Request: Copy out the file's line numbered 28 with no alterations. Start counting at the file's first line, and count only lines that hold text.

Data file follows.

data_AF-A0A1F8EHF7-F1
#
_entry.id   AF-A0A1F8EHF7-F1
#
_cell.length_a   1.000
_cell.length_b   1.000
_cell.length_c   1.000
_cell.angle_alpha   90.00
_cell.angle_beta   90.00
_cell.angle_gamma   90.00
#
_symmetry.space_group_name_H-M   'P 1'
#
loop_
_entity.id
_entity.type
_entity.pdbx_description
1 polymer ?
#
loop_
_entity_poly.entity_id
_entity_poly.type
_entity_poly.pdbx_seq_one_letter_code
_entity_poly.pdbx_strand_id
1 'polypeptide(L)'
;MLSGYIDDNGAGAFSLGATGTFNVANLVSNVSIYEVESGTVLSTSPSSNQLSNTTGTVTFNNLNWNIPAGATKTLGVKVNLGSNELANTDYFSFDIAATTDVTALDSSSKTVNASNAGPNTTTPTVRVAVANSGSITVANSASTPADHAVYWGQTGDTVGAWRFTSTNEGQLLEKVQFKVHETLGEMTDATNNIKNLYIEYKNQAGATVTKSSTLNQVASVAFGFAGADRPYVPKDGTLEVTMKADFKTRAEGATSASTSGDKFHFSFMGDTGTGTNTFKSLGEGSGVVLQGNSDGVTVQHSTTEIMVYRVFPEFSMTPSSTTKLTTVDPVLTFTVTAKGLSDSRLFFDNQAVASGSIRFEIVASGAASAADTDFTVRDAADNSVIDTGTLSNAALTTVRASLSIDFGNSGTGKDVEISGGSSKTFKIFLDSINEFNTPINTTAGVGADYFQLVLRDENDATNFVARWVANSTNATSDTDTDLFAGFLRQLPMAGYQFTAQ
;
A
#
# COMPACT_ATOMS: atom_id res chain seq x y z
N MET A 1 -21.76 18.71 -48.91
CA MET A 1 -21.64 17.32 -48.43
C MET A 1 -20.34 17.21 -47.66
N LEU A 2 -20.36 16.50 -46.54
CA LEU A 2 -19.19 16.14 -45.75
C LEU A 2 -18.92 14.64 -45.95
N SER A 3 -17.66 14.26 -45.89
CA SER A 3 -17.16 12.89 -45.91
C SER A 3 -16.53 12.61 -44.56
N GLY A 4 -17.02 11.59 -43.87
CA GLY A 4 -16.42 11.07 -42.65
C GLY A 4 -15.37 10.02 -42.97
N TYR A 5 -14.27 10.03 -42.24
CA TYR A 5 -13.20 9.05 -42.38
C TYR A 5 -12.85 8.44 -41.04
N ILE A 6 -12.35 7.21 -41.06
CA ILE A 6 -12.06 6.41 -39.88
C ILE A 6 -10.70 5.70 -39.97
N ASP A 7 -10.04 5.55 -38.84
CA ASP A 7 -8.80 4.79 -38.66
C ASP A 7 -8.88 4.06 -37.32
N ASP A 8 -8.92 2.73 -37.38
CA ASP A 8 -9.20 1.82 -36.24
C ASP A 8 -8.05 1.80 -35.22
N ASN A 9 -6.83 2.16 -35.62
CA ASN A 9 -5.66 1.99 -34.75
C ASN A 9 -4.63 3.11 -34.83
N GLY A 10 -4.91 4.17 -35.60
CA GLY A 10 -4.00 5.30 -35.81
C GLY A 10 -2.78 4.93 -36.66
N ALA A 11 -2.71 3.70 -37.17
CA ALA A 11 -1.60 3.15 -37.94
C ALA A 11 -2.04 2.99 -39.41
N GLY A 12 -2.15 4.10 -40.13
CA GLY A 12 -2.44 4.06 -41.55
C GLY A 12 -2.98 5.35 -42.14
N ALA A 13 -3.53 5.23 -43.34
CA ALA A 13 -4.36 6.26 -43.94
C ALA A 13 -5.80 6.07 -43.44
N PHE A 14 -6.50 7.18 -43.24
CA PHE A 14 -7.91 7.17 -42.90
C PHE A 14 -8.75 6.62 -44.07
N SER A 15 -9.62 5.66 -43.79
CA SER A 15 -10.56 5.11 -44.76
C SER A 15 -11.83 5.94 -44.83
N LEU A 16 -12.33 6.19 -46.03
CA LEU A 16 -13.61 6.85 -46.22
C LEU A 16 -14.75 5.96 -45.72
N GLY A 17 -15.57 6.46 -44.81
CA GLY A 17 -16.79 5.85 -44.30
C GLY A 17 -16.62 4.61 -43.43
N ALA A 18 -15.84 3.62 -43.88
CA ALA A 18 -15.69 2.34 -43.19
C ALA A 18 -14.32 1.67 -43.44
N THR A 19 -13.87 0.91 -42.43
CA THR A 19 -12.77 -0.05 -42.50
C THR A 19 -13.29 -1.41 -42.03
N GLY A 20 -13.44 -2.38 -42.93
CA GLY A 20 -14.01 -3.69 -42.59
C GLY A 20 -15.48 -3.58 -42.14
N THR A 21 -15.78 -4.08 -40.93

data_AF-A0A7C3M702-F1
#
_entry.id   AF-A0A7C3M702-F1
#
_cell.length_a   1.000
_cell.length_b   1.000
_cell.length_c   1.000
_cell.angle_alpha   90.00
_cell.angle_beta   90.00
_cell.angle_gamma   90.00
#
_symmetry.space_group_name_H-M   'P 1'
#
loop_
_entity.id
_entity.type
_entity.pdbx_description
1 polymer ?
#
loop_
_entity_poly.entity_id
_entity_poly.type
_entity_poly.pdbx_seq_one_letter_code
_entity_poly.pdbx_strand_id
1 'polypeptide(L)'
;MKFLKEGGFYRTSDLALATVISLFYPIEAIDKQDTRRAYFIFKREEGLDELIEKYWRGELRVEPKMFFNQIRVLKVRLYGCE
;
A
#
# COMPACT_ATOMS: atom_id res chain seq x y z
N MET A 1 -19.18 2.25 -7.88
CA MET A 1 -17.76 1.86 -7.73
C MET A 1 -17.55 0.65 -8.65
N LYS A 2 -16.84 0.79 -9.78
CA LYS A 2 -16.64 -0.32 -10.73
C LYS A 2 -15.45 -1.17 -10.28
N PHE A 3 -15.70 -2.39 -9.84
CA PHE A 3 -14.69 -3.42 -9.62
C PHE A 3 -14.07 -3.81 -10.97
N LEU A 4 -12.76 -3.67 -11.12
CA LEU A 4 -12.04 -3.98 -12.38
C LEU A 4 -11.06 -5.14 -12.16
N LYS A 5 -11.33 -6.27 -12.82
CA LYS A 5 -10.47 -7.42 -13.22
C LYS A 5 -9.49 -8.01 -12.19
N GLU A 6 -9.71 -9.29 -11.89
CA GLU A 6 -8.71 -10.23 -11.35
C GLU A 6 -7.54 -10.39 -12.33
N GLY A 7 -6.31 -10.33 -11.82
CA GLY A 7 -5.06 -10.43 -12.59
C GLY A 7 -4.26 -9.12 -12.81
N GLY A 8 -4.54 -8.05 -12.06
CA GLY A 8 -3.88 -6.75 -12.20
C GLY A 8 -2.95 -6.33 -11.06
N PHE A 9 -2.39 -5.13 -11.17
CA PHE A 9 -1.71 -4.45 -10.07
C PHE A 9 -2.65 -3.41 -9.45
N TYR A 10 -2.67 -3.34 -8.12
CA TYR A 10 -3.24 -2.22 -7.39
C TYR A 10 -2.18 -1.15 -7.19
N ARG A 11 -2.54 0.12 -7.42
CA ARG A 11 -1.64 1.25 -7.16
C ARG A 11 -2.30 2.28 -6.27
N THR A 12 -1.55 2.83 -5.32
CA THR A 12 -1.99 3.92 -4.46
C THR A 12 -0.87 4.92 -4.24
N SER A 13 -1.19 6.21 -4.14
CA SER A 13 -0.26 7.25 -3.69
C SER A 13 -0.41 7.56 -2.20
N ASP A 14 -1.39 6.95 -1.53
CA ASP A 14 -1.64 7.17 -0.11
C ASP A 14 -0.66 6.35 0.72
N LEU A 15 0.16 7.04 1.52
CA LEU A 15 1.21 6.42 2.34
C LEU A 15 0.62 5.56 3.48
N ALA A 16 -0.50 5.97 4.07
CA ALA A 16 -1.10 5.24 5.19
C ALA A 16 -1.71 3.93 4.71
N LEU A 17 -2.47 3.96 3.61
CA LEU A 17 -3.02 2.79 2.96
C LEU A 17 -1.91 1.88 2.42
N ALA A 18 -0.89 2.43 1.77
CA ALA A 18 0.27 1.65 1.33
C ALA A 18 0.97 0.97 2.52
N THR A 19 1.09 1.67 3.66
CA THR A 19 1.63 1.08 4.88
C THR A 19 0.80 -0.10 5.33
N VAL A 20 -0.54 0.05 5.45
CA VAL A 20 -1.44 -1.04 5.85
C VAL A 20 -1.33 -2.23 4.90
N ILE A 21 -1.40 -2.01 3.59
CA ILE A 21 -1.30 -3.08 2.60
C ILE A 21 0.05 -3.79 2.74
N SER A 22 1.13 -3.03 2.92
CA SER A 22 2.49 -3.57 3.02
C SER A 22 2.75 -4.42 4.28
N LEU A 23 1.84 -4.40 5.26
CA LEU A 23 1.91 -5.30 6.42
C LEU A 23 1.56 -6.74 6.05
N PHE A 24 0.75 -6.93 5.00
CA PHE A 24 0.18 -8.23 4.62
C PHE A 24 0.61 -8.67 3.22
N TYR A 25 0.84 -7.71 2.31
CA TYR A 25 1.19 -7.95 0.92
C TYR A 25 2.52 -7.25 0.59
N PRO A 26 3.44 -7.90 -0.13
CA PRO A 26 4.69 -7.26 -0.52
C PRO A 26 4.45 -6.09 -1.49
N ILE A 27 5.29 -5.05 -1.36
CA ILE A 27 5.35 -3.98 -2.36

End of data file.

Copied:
A